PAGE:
So looking at recovery, you could consider separating your cardio from your weight training. Give yourself 1 to 3 days off complete rest where you don’t step foot in the gym and rather enjoy your life a little. Make sure your sleep habits improve, in other words if you get ready for work, then why not get ready for bed. Research is starting to show improvements in health just by getting better sleep. Surround yourself with less blue light in your life i.e. smart phones, ipads, laptops, and of course TV. Continuously reassess your lifestyle and see where you need to make improvements. Remember that when it comes to your lifestyle it’s a great idea to be a little introspective and look within, as it is all part of your recovery, even analyzing the way you eat on the daily. And finally at the end of your 4 week phase, of whatever periodization you choose, give yourself 3 – 5 days of active or passive rest. This will give your body and nervous system time to heal and be able to ramp up the intensities for your next phase. Remember that there’s a big difference between training hard and training smart.
Active recoveries usually require fun activities, yoga, walks, light hikes, etc. It’s a great way to continue working after your last phase. Passive recoveries usually mean that competitors edge, like a fighter who’s a week out of his main event, they usually don’t enter the gym at all. They need that rest because they’re usually pushing themselves at 110% in their last phase so they need to completely shut down. They need to use this time to meditate, sleep, yoga, anything that gives their body and brains that time to relax and reset. This my friends is the art of the recovery, one of the many facets behind the sweet science of training. I’m scraping the surface to give you a glimpse into what it is you should slowly start to incorporate to your programs and training. Life is too short to wake up one day and realize you spent so much time in the gym and didn’t really achieve anything. What’s more upsetting is finding out after all that time you were doing it all wrong.
Enjoy your lives my friends, train hard but train smart. Kiss your loved ones, and enjoy a beer along the way. Strive for better, and aim for a better version of you always. Until we meet;
Stay healthy my friends…
Your Coach, Franco Gomez
Recently this past weekend I was privy to doing my Functional Movement Screen (FMS) Certification Level 1 and 2, and being amongst my peers was not only fun but very inspirational. I looked around the room with such admiration at the variety of education and backgrounds all coming together to learn what it takes to help people move better, move often, and just simply move. As most of those who know me, know that my motto is ‘Performance is for Life.’ I always iterate that performance is not just at the elite level but rather in all walks of life! What people don’t understand in this day and age though is that performance at all levels will fail you if you’re not moving properly.
I want you to close your eyes and imagine yourself in a long white smock as you’re building your first Robot! Think of it’s brain as a computer and it’s body is a steel mechanism of moving parts. This robot is run electrically through the wiring from signals sent from the computer to move the robot’s joints and parts. The computer sends signals to keep the joints oiled and lubricated so that the robot learns to move freely with out obstructions, creaking, or the steel body binding. The computer learns motor patterns so that the robot can move efficiently, and effectively within its tasks. But more importantly, the robot now begins to understand movement as it’s artificial intelligence continues to learn all the patterns necessary to strive in this world.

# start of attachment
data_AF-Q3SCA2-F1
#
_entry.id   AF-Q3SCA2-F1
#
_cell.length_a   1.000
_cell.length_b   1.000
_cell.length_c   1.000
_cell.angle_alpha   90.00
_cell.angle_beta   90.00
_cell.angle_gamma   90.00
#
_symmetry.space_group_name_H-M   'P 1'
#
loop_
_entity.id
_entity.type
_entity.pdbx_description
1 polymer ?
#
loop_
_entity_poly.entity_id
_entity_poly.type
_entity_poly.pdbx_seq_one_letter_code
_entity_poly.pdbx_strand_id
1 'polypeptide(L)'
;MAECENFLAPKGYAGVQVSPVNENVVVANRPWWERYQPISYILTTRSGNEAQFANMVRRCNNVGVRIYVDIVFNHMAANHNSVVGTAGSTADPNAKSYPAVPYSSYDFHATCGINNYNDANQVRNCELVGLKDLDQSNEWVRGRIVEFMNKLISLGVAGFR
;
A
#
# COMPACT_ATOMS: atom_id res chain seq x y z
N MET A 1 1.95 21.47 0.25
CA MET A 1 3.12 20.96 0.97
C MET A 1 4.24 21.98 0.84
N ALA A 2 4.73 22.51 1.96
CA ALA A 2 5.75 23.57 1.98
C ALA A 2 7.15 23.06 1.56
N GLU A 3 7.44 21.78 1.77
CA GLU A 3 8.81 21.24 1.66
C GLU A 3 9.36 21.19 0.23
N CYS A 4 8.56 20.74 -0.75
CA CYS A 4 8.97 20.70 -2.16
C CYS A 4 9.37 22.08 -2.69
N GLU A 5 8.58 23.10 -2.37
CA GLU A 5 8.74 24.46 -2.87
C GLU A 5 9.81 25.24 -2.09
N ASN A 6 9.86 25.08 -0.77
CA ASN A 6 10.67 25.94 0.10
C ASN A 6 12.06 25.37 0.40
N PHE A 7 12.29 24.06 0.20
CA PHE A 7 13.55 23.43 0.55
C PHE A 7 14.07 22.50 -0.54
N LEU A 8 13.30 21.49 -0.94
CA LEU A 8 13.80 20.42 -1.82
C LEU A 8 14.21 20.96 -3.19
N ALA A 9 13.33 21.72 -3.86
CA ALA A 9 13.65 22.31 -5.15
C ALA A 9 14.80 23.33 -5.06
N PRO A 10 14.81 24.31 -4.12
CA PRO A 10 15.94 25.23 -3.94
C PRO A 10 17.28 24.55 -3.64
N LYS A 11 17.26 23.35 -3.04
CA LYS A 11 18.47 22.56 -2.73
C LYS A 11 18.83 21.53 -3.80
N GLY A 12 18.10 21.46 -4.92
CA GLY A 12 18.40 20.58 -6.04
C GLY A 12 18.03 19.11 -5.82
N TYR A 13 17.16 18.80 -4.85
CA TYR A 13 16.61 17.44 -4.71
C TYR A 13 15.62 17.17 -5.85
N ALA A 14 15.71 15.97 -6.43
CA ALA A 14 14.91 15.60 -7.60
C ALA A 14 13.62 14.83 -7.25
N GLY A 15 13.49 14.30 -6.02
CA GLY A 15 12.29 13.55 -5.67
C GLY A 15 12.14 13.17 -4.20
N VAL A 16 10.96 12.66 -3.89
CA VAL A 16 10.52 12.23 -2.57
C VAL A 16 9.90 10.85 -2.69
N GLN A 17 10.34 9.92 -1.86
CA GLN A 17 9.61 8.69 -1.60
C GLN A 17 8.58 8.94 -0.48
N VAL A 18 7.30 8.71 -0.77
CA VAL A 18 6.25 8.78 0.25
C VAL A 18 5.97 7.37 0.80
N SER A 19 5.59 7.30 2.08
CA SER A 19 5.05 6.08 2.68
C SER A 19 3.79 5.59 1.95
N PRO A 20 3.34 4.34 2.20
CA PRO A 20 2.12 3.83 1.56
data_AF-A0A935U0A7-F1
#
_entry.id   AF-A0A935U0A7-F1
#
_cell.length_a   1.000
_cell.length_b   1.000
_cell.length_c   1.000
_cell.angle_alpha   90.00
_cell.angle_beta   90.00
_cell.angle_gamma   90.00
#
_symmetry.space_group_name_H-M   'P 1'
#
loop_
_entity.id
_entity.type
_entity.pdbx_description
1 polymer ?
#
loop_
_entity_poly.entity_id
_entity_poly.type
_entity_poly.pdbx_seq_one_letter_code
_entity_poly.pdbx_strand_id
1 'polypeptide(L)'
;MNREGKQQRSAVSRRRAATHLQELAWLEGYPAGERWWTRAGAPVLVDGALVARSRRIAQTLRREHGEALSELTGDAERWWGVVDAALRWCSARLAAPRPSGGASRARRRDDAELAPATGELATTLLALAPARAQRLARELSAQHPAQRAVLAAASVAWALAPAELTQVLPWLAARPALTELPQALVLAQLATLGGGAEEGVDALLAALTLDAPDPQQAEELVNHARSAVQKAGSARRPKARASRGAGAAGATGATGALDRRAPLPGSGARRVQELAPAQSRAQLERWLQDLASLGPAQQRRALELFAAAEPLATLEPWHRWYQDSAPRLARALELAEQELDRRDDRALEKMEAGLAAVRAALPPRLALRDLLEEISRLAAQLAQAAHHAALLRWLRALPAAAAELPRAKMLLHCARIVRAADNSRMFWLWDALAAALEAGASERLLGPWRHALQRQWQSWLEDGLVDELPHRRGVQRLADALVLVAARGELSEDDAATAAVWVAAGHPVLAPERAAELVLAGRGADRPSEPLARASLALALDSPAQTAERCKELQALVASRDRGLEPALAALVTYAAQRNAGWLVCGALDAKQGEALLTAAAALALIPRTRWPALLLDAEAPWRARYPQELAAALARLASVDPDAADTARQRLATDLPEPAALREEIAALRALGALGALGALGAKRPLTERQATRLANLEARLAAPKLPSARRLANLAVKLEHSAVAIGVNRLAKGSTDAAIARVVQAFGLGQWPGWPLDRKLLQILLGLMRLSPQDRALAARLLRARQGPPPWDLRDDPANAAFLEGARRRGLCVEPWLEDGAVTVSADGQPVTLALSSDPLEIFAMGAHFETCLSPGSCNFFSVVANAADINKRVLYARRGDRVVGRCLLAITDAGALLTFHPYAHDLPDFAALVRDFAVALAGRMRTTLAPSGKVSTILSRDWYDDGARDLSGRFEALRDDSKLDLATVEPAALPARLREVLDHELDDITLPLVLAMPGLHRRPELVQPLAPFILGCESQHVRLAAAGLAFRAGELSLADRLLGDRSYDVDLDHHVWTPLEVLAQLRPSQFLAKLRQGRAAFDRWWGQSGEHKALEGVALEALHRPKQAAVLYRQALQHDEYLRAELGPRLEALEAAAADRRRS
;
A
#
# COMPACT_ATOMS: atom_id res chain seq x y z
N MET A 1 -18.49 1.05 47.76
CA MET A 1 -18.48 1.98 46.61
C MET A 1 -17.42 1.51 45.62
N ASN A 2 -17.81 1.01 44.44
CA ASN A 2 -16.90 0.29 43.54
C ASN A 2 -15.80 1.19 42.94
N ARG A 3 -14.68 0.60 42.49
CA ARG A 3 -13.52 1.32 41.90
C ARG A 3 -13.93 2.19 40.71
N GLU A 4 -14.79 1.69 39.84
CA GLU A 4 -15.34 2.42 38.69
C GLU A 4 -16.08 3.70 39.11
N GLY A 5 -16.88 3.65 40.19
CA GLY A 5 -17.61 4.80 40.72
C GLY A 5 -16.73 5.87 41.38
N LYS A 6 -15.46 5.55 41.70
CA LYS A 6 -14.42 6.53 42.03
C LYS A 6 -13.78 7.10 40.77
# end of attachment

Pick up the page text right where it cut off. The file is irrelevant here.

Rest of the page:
Ok now take that robot which you just took the time to teach movement within the span of it’s short life, and sit him in a chair for 8 to 10 hours a day. Now you’re noticing the robot is a little slower at moving and there’s a little more steel sounding movements due to the oil in the joints drying up and collecting dust. The robot’s body isn’t looking very shiny anymore, and instead starting to collect the odd rusty specs of dust here and there. Also because of the lack of usage you find that for some reason the wiring from the computer isn’t firing signals fast enough or none at all and the steel in the joints are starting to bind a little so the robot isn’t moving very efficiently throughout it’s daily tasks.
You wonder and study the problems and you try rewiring, and you reset the computer and nothing seems to be happening; you’ve broken the robot… The human body spent the first half of it’s existence or more moving. As you’ve heard before we were hunters, gatherers, warriors, etc. and for this last third of human history we’ve become more and more sedentary. Our careers demand hours and hours of sitting around in front of the computer typing, mouse surfing, reading and all other wonderful things that our borne of our jobs. We are now that broken robot but the difference is we are slowly learning how to reset that computer, we are learning mobility drills, flexibility exercises, myofascial release, and so many other fantastic techniques that are putting us back together. Unfortunately in this society We just have to want to move more then wanting to move at any cost!